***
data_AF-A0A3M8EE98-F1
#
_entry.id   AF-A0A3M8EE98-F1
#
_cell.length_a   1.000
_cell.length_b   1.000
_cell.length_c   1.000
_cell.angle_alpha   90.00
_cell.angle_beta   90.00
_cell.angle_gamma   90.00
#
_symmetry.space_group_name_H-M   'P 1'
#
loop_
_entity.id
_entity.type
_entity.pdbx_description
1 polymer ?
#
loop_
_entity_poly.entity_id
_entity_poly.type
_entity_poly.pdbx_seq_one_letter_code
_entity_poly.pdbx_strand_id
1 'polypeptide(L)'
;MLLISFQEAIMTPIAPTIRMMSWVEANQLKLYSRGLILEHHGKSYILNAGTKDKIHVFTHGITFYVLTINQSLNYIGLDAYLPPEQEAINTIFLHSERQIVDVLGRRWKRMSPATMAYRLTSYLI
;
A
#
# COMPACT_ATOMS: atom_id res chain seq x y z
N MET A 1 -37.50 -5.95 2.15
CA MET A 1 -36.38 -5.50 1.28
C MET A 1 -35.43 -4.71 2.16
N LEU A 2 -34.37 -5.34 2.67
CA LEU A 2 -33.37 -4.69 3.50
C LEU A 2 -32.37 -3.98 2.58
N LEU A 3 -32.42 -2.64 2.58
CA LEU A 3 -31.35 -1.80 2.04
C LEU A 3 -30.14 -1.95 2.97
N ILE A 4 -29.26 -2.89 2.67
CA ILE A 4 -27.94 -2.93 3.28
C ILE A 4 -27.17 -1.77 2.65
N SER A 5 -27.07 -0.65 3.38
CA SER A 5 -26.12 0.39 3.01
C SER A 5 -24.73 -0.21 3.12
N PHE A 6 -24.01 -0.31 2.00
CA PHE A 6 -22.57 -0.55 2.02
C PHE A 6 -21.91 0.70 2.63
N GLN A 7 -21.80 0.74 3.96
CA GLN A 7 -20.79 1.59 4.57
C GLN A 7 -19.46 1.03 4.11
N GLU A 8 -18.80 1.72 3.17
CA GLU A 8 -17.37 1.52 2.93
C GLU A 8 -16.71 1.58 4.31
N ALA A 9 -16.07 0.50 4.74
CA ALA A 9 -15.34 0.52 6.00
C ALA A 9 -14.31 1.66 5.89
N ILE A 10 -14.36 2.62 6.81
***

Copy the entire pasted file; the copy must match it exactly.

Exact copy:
data_AF-A0A3M8EE98-F1
#
_entry.id   AF-A0A3M8EE98-F1
#
_cell.length_a   1.000
_cell.length_b   1.000
_cell.length_c   1.000
_cell.angle_alpha   90.00
_cell.angle_beta   90.00
_cell.angle_gamma   90.00
#
_symmetry.space_group_name_H-M   'P 1'
#
loop_
_entity.id
_entity.type
_entity.pdbx_description
1 polymer ?
#
loop_
_entity_poly.entity_id
_entity_poly.type
_entity_poly.pdbx_seq_one_letter_code
_entity_poly.pdbx_strand_id
1 'polypeptide(L)'
;MLLISFQEAIMTPIAPTIRMMSWVEANQLKLYSRGLILEHHGKSYILNAGTKDKIHVFTHGITFYVLTINQSLNYIGLDAYLPPEQEAINTIFLHSERQIVDVLGRRWKRMSPATMAYRLTSYLI
;
A
#
# COMPACT_ATOMS: atom_id res chain seq x y z
N MET A 1 -37.50 -5.95 2.15
CA MET A 1 -36.38 -5.50 1.28
C MET A 1 -35.43 -4.71 2.16
N LEU A 2 -34.37 -5.34 2.67
CA LEU A 2 -33.37 -4.69 3.50
C LEU A 2 -32.37 -3.98 2.58
N LEU A 3 -32.42 -2.64 2.58
CA LEU A 3 -31.35 -1.80 2.04
C LEU A 3 -30.14 -1.95 2.97
N ILE A 4 -29.26 -2.89 2.67
CA ILE A 4 -27.94 -2.93 3.28
C ILE A 4 -27.17 -1.77 2.65
N SER A 5 -27.07 -0.65 3.38
CA SER A 5 -26.12 0.39 3.01
C SER A 5 -24.73 -0.21 3.12
N PHE A 6 -24.01 -0.31 2.00
CA PHE A 6 -22.57 -0.55 2.02
C PHE A 6 -21.91 0.70 2.63
N GLN A 7 -21.80 0.74 3.96
CA GLN A 7 -20.79 1.59 4.57
C GLN A 7 -19.46 1.03 4.11
N GLU A 8 -18.80 1.72 3.17
CA GLU A 8 -17.37 1.52 2.93
C GLU A 8 -16.71 1.58 4.31
N ALA A 9 -16.07 0.50 4.74
CA ALA A 9 -15.34 0.52 6.00
C ALA A 9 -14.31 1.66 5.89
N ILE A 10 -14.36 2.62 6.81